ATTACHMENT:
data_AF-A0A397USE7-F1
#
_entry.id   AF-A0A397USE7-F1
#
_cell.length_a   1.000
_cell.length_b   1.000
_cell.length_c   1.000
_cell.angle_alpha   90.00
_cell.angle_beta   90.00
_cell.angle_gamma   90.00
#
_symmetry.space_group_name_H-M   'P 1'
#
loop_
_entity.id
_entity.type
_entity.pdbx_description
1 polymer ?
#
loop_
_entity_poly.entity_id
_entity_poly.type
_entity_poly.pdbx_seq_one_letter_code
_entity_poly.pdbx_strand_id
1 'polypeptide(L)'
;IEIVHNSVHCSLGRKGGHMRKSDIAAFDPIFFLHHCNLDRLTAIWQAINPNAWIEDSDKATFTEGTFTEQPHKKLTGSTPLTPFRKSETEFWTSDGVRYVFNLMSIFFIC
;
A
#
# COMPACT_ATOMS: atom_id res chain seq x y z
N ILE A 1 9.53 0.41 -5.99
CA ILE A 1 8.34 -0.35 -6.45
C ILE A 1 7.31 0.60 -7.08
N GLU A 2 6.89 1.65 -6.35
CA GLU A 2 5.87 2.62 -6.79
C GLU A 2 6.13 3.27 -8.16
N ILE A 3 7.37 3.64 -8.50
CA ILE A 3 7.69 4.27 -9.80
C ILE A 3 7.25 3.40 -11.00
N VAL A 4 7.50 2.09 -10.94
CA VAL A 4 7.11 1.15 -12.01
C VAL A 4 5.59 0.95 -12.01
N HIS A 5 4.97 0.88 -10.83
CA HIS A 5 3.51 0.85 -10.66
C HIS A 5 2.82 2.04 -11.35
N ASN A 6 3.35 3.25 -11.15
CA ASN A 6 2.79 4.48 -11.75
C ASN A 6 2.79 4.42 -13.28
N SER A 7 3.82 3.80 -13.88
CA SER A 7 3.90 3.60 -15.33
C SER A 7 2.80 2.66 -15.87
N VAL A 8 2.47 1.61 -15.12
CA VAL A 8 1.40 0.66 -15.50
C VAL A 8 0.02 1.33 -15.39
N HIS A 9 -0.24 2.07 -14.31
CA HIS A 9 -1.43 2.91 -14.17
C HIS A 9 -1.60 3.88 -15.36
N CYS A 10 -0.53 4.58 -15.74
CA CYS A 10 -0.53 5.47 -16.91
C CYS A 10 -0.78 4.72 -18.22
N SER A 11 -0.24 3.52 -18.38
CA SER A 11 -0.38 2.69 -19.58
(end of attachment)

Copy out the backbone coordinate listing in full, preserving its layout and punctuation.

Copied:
data_AF-A0A397USE7-F1
#
_entry.id   AF-A0A397USE7-F1
#
_cell.length_a   1.000
_cell.length_b   1.000
_cell.length_c   1.000
_cell.angle_alpha   90.00
_cell.angle_beta   90.00
_cell.angle_gamma   90.00
#
_symmetry.space_group_name_H-M   'P 1'
#
loop_
_entity.id
_entity.type
_entity.pdbx_description
1 polymer ?
#
loop_
_entity_poly.entity_id
_entity_poly.type
_entity_poly.pdbx_seq_one_letter_code
_entity_poly.pdbx_strand_id
1 'polypeptide(L)'
;IEIVHNSVHCSLGRKGGHMRKSDIAAFDPIFFLHHCNLDRLTAIWQAINPNAWIEDSDKATFTEGTFTEQPHKKLTGSTPLTPFRKSETEFWTSDGVRYVFNLMSIFFIC
;
A
#
# COMPACT_ATOMS: atom_id res chain seq x y z
N ILE A 1 9.53 0.41 -5.99
CA ILE A 1 8.34 -0.35 -6.45
C ILE A 1 7.31 0.60 -7.08
N GLU A 2 6.89 1.65 -6.35
CA GLU A 2 5.87 2.62 -6.79
C GLU A 2 6.13 3.27 -8.16
N ILE A 3 7.37 3.64 -8.50
CA ILE A 3 7.69 4.27 -9.80
C ILE A 3 7.25 3.40 -11.00
N VAL A 4 7.50 2.09 -10.94
CA VAL A 4 7.11 1.15 -12.01
C VAL A 4 5.59 0.95 -12.01
N HIS A 5 4.97 0.88 -10.83
CA HIS A 5 3.51 0.85 -10.66
C HIS A 5 2.82 2.04 -11.35
N ASN A 6 3.35 3.25 -11.15
CA ASN A 6 2.79 4.48 -11.75
C ASN A 6 2.79 4.42 -13.28
N SER A 7 3.82 3.80 -13.88
CA SER A 7 3.90 3.60 -15.33
C SER A 7 2.80 2.66 -15.87
N VAL A 8 2.47 1.61 -15.12
CA VAL A 8 1.40 0.66 -15.50
C VAL A 8 0.02 1.33 -15.39
N HIS A 9 -0.24 2.07 -14.31
CA HIS A 9 -1.43 2.91 -14.17
C HIS A 9 -1.60 3.88 -15.36
N CYS A 10 -0.53 4.58 -15.74
CA CYS A 10 -0.53 5.47 -16.91
C CYS A 10 -0.78 4.72 -18.22
N SER A 11 -0.24 3.52 -18.38
CA SER A 11 -0.38 2.69 -19.58